Practical Applications

SYSCOM GLOBAL SOLUTIONS’ Security Operations Center is on the frontlines of ever-changing cybersecurity threats and responses. As a service to our clients and partners, the Cybersecurity Minute provides updates on evolving cybersecurity threats, countermeasures, and security strategies they’re seeing and using in the course of their regular security work. 

In our previous Cybersecurity Minutes, we explained common cybersecurity threats, then detailed a handful of basic, simple-to-implement cybersecurity measures companies can start putting into practice almost immediately to counter those threats. Here, we’ll show two different applications of those countermeasures: the Zero Trust Model and Information Leakage Countermeasures.

1. Zero Trust Model

Conventional cybersecurity measures set up a digital perimeter around a network to guard against external attacks and prevent intrusions into the internal network. However, as perimeter security models have improved, so too have cyberattacks adjusted to accommodate them, leading to more and more breaches. Recent cybersecurity solutions have shifted away from perimeter models to embrace the Zero Trust Model, one that makes no distinction between the external and internal.

The Zero Trust Model bases its defenses and countermeasures on exactly what it says: trusting nothing. Where conventional security measures divide the network into trusted internal areas and untrusted external areas and place countermeasures along the perimeter that divides these areas, Zero Trust treats internal networks as no more secure than external actors and develops a security strategy that doesn’t distinguish between the two. 

The model assumes intrusions will occur and aims to minimize damage and limit exposure when they do. It visualizes threats and actions that could occur in a cybersecurity intrusion and designs appropriate countermeasures to engage and contain the threat as soon as possible.


2. Information Leakage Countermeasures

Countermeasures against external cyberattacks are, of course, still necessary, but confidential information leakage due to internal factors, like employees removing data from a secure environment or making simple mistakes, can also cause security incidents. Demand for cloud security from a Cloud Access Security Broker (CASB) for remote work environments is subsequently increasing. A CASB monitors and controls usage of cloud services, no matter where or how they are accessed or connected. A CASB offers various services, like web filtering, communication control, access history analysis, and more.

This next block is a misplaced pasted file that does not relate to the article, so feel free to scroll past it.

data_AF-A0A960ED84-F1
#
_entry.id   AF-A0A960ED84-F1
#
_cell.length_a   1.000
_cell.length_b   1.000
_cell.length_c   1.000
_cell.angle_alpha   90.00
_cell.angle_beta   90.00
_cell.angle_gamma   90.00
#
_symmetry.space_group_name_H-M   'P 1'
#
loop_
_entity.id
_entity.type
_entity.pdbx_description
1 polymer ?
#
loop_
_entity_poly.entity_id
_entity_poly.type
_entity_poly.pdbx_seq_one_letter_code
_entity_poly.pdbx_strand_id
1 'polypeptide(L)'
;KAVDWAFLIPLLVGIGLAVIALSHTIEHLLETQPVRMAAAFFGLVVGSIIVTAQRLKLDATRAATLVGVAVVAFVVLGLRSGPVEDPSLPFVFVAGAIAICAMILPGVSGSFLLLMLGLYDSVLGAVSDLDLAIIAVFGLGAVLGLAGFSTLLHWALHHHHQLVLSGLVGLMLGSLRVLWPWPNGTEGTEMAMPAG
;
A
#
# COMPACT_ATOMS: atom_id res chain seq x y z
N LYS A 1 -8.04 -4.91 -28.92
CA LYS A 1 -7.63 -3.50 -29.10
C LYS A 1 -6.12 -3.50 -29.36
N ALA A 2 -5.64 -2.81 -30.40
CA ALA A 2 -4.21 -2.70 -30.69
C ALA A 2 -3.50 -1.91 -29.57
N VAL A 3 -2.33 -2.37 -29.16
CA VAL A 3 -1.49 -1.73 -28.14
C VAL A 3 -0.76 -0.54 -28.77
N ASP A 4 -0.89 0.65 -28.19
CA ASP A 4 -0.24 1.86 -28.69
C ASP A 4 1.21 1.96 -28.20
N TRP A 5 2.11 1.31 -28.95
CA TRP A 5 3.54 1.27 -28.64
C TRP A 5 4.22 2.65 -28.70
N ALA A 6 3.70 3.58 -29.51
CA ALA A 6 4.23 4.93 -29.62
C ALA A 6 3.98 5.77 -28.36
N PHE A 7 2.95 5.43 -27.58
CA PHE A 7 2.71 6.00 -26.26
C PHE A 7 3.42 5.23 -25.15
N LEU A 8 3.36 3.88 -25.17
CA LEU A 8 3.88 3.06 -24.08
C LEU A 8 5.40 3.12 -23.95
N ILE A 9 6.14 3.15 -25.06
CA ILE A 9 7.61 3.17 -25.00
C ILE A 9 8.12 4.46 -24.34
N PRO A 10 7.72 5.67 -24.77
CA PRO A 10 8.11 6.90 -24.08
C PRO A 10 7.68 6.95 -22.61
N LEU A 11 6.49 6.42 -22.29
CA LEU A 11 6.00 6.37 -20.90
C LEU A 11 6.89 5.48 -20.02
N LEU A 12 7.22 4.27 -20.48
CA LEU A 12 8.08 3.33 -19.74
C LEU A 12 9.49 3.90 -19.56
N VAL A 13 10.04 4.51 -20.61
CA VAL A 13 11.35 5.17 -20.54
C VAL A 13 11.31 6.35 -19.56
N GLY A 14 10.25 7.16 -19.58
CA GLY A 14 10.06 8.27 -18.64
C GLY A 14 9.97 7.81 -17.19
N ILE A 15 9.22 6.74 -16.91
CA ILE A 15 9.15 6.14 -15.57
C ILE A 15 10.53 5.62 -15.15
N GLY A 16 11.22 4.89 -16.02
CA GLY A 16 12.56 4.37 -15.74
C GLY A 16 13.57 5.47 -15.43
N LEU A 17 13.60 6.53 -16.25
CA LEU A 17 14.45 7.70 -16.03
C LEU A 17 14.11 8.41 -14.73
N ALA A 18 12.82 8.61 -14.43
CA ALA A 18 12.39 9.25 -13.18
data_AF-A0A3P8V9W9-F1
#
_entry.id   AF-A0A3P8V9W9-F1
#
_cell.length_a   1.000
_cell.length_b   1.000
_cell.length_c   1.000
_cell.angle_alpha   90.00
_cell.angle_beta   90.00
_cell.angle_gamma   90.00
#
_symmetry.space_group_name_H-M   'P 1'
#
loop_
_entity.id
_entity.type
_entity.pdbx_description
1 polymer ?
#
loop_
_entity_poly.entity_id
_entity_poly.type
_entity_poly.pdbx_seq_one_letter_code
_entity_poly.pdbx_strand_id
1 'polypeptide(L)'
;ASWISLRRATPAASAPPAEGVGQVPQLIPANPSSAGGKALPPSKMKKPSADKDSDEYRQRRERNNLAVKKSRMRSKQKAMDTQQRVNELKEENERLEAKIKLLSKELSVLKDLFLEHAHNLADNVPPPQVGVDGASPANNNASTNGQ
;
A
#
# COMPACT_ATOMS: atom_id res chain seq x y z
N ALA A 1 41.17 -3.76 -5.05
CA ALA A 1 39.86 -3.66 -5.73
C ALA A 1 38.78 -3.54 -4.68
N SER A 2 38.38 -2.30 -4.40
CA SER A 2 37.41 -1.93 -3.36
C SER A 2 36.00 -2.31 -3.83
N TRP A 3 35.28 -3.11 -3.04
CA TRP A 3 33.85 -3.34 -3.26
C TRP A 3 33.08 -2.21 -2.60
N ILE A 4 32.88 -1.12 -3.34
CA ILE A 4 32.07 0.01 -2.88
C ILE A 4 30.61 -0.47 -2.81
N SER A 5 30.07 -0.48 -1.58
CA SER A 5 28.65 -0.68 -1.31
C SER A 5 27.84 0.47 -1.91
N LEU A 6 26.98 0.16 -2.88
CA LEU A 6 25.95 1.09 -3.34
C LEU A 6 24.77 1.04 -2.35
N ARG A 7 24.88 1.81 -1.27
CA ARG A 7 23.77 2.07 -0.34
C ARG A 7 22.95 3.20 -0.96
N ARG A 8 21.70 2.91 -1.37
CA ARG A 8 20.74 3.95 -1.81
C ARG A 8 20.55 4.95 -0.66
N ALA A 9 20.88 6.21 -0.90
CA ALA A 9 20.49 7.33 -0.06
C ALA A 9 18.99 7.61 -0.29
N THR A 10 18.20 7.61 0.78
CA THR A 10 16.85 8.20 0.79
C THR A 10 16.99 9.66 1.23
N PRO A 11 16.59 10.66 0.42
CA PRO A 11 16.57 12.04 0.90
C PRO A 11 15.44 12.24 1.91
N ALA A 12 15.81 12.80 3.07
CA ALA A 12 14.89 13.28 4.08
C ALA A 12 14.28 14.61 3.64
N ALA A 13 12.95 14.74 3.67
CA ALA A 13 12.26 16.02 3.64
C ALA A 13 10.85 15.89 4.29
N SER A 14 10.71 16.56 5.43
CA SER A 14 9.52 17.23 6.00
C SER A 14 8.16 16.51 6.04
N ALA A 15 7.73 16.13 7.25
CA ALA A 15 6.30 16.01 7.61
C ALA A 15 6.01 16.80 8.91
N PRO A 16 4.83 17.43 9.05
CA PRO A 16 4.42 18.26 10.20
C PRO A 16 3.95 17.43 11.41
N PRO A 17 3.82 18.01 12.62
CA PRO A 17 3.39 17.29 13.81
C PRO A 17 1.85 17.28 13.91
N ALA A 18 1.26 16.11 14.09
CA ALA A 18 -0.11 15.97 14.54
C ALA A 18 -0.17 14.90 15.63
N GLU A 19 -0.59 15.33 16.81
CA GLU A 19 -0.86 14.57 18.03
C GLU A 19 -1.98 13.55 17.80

Its most important function is Data Loss Prevention (DLP). For example, to limit the external sharing of confidential data, file uploads to cloud services outside an approved Microsoft 365 ecosystem, like Google Drive or iCloud, can be visualized and warned against. When uploading sensitive information to one of these platforms outside the approved ecosystem, users can be warned and IT can be alerted, better controlling the leak.


In situations like these, where the security incident isn’t caused by an external attack but rather by an internal employee removing data (intentionally or otherwise), such a warning system is necessary to limit such events.

In the modern, hyper-connected era, cybersecurity incidents are impossible to prevent entirely, even with everything described here implemented. However, by putting basic countermeasures in place, you can manage cybersecurity risk and significantly mitigate or contatin potential damage. Once these basic security measures have been taken, you can then add advanced security solutions as needed.


If you need help starting, reach out to us. SYSCOM specializes in providing security services for IT teams, and we’d be happy to schedule a consultation and propose a solution to fit your industry, working style, and company size.

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